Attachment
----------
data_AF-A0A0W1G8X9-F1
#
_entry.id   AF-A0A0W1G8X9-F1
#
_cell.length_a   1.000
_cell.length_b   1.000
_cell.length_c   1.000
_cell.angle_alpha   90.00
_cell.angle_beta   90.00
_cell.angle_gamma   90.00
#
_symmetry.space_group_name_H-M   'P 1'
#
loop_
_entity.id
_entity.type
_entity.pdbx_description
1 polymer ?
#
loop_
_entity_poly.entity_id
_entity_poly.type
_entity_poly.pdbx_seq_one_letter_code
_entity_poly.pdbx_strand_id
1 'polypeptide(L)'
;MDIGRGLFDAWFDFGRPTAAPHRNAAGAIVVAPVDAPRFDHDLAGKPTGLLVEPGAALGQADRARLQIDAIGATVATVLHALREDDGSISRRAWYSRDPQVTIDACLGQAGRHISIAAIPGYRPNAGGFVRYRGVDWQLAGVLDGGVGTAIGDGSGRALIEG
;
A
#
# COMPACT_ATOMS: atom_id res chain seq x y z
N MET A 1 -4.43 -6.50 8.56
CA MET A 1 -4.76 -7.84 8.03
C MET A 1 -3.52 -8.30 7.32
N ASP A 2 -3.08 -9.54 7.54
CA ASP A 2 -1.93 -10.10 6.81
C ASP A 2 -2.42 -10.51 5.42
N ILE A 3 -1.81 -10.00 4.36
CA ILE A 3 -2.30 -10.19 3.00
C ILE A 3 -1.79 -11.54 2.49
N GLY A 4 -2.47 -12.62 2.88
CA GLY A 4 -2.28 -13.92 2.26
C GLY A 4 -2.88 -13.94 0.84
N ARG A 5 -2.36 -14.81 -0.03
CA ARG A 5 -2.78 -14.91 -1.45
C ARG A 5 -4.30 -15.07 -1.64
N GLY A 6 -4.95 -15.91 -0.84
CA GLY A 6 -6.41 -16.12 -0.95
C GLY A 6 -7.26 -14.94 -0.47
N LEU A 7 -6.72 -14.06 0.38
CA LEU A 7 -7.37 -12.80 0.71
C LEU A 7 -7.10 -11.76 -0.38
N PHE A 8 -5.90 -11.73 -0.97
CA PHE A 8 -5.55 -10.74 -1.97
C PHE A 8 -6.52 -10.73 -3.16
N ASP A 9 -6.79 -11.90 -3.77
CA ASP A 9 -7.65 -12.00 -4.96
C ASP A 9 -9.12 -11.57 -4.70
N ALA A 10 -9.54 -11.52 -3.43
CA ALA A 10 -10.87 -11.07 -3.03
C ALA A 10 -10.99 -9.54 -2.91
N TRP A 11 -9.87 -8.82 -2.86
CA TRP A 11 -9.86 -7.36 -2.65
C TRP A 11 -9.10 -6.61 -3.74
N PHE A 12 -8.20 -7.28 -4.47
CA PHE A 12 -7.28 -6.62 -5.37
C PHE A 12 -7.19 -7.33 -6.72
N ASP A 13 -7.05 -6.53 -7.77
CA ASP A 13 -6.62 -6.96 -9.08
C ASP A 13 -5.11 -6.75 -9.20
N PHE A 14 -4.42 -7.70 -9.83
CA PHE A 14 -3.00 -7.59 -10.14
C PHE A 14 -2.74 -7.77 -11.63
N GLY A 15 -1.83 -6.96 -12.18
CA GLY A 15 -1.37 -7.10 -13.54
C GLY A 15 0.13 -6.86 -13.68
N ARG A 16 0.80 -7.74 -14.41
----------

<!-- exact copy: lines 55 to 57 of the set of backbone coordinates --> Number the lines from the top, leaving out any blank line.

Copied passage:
N ASP A 9 -6.79 -11.90 -3.77
CA ASP A 9 -7.65 -12.00 -4.96
C ASP A 9 -9.12 -11.57 -4.70